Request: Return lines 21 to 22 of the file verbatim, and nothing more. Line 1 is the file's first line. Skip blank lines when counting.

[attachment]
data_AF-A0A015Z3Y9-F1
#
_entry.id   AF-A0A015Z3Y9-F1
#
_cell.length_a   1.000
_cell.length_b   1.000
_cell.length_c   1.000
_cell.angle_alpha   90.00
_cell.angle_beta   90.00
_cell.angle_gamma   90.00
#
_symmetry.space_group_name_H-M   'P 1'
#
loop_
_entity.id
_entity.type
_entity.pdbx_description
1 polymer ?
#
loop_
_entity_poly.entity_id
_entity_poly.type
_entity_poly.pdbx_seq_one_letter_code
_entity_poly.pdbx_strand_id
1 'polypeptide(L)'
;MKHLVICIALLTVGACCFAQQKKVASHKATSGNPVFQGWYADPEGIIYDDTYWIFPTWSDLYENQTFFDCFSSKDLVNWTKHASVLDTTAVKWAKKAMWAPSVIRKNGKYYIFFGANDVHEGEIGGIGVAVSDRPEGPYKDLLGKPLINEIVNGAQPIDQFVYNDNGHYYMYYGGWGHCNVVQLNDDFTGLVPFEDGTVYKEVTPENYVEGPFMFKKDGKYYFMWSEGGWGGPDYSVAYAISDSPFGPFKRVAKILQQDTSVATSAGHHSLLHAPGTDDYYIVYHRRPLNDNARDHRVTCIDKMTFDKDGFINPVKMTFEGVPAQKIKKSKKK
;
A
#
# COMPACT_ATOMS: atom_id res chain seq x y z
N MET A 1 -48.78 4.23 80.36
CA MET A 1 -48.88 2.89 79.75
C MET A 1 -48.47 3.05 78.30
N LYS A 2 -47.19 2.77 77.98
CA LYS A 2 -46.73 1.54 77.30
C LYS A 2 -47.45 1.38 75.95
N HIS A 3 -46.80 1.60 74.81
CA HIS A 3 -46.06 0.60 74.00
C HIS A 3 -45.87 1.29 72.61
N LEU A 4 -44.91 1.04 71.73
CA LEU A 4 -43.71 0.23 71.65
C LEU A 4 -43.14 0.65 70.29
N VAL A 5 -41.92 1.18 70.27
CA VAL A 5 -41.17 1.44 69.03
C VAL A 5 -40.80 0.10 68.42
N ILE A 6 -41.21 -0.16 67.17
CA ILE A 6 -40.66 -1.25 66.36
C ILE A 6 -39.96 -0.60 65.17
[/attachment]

_entity_poly.entity_id
_entity_poly.type